Waynesville + Sauerkraut = Tons of fun

Don’t you love humble beginnings?

Case in point …

Many, many years ago two gentlemen by the names of Kettering and Deeds decided they were weary from starting their automobile engines by turning an impractical hand crank on the front of the car. So, together they invented the self-starter. Unfortunately this also ushered in the phrase, “I locked my keys in the car.”

At one time, two brothers with the last name of Wampler responded to the huge dance craze of the 1940s by building a dance floor in a barn on their apple orchard property. Along with Saturday night dancing, people soon rented the facility for other events and when the circus couldn’t come to town because Dayton didn’t have a big enough facility to house the lions, tigers and bears – oh my! ­– Harry and Ralph Wampler (“Ha” from Harry and “Ra” from Ralph) built Hara Arena.

DSC_6442And in 1970, the Waynesville Retail Merchants association planned a sidewalk sale with someone suggesting a sauerkraut dinner as part of the event. Now, over 40 years later and some 350,000 of the townsfolk’s personal friends make the second weekend in October one of the biggest festivals in the state – could I even say universe?

And with that stroke of genius, the Waynesville Sauerkraut Festival was born.

Ah, humble beginnings.

“That first year we served 528 pounds of sauerkraut to 1,500 visitors,” said Dawn Schroeder, Executive Director of the Waynesville Chamber of Commerce.

Word spread of the great food, entertainment and arts & crafts, and the following year brought some 4,000 folks, and 10,000 the year after that. Then, in 1982, they hit a milestone: the 100,000 visitors mark. Soon the festival got so big, it outgrew its Waynesville name to become the Ohio Sauerkraut Festival.

“Last year we served some seven tons of sauerkraut with 30 different food stands and over 450 quality craft booths, plus visitors and vendors from every state in the union,” Schroeder said. She also said residents of Waynesville rally “round the festival, planning, plotting, cooking cabbage rolls and baking those sauerkraut sweet treats.”

flier“Most of the community is involved in one fashion or another,” Schroeder added. “They volunteer in a food booth of some kind or numerous food booths, depending on the organizations their family are involved in. Our food vendors are local non-profit groups, anything from church organizations to pee-wee football.”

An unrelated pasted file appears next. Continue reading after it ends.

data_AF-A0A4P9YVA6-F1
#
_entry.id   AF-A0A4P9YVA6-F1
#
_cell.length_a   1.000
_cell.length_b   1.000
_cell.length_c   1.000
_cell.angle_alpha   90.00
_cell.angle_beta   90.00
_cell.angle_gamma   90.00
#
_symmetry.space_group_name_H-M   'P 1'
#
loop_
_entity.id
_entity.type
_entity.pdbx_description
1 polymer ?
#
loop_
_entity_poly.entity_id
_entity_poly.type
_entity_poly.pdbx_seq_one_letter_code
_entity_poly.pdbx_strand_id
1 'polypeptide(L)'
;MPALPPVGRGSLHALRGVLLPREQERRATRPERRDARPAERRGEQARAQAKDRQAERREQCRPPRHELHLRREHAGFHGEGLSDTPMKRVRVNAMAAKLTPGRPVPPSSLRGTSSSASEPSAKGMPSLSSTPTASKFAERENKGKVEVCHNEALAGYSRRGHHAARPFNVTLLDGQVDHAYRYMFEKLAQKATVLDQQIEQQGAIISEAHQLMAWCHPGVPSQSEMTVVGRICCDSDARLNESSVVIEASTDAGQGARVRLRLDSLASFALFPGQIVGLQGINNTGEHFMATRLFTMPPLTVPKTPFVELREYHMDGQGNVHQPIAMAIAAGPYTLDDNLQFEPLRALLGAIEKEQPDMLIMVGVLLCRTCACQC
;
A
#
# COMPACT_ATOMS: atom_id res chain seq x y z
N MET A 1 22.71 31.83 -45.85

Also, unlike many festivals in the area, this one sets itself apart in one area.

“No offense to the others, but we have no carnival games or rides, we are a food and arts & crafts festival,” Schroeder said.

Personally, many people tell me, “That festival is too crowded. No way, not for me.” Well, I have news for you, they have the crowd under control. When you mention the masses, Schroeder is armed with many ways for visitors to navigate the Oct. 12 weekend.

“We suggest that people park at Wayne Local School on Dayton Road,” Schroeder explained. “Follow the shuttle signs and you can park all day for $5 a carload. It is a great deal where you can park, ride, take goodies back and forth to your car and ride the shuttle all day.”

Once you’re there, you can move about freely.

“We spread our food booths throughout the festival so you can nibble your way throughout the festival grounds,” Schroeder said. “That way you don’t have an area with huge lines. There is food in every block and it makes it convenient for you to taste all of our goodies.”

And don’t forget that, yes, Waynesville is home to one of the premier fall festivals, but the rest of the year they’re open for business as well.

“Waynesville also hosts some of the best shopping in the area, so we hope that you check out our dependable retailers, who graciously open their doors during the weekend.” Schroeder said.

Now here’s some fun stuff. Basically, The Ohio Sauerkraut Festival by the numbers.

The previously mentioned 7 tons of Snow Floss Sauerkraut that food organizations use to cook with or as a topping: 13,000 cabbage rolls; 11,000 sauerkraut balls; 8,400 slices of sauerkraut pizza; 600 packages of sauerkraut cookies; 300 loaves of bread.


Wait there’s more:

Sauerkraut sundae/ Cabbage rolls/ Bread, custard pies, brownies and cookies with sauerkraut/ Sauerkraut fudge/ Burgers and hot dogs with sauerkraut/ Reubens/ Sauerkraut pizza/ Polish cabbage soup/ Pork, mashed potatoes and sauerkraut/ Sauerkraut balls/ Johnsonville brats and metts/ Pulled pork & chicken sandwiches with kraut

And, of course, there is plenty of food for the non-sauerkraut eater.

So, as you’re driving away from this year’s festival (in your automobile with the self-starter), Schroeder hopes you head home with this.

“We want people to leave with the experience that they just visited the most premier festival in the region,” she said.

Oh, and that you didn’t lock your keys in the car.



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